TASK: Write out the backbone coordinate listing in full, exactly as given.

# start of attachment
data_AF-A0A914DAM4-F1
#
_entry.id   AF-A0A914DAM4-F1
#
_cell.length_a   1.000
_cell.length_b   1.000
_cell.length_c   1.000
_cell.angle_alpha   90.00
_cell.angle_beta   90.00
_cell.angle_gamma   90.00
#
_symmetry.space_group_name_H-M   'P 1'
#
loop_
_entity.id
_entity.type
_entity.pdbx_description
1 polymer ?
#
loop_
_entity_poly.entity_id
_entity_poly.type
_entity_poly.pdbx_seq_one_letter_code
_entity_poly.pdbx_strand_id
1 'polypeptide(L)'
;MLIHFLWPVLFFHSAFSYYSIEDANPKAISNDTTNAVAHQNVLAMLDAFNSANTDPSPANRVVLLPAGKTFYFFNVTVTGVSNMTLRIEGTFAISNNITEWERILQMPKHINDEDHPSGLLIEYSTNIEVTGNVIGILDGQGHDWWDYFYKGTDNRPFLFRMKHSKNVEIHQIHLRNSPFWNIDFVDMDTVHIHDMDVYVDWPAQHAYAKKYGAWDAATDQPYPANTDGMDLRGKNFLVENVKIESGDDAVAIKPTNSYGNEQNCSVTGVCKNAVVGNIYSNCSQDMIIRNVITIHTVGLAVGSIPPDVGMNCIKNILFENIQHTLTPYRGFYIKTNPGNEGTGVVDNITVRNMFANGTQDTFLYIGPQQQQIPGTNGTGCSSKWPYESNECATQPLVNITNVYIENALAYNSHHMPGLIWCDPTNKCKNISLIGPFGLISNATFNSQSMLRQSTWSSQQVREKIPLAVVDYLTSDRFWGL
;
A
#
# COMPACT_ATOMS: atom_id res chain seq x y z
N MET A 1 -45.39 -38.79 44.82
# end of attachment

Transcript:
data_AF-A0A914DAM4-F1
#
_entry.id   AF-A0A914DAM4-F1
#
_cell.length_a   1.000
_cell.length_b   1.000
_cell.length_c   1.000
_cell.angle_alpha   90.00
_cell.angle_beta   90.00
_cell.angle_gamma   90.00
#
_symmetry.space_group_name_H-M   'P 1'
#
loop_
_entity.id
_entity.type
_entity.pdbx_description
1 polymer ?
#
loop_
_entity_poly.entity_id
_entity_poly.type
_entity_poly.pdbx_seq_one_letter_code
_entity_poly.pdbx_strand_id
1 'polypeptide(L)'
;MLIHFLWPVLFFHSAFSYYSIEDANPKAISNDTTNAVAHQNVLAMLDAFNSANTDPSPANRVVLLPAGKTFYFFNVTVTGVSNMTLRIEGTFAISNNITEWERILQMPKHINDEDHPSGLLIEYSTNIEVTGNVIGILDGQGHDWWDYFYKGTDNRPFLFRMKHSKNVEIHQIHLRNSPFWNIDFVDMDTVHIHDMDVYVDWPAQHAYAKKYGAWDAATDQPYPANTDGMDLRGKNFLVENVKIESGDDAVAIKPTNSYGNEQNCSVTGVCKNAVVGNIYSNCSQDMIIRNVITIHTVGLAVGSIPPDVGMNCIKNILFENIQHTLTPYRGFYIKTNPGNEGTGVVDNITVRNMFANGTQDTFLYIGPQQQQIPGTNGTGCSSKWPYESNECATQPLVNITNVYIENALAYNSHHMPGLIWCDPTNKCKNISLIGPFGLISNATFNSQSMLRQSTWSSQQVREKIPLAVVDYLTSDRFWGL
;
A
#
# COMPACT_ATOMS: atom_id res chain seq x y z
N MET A 1 -45.39 -38.79 44.82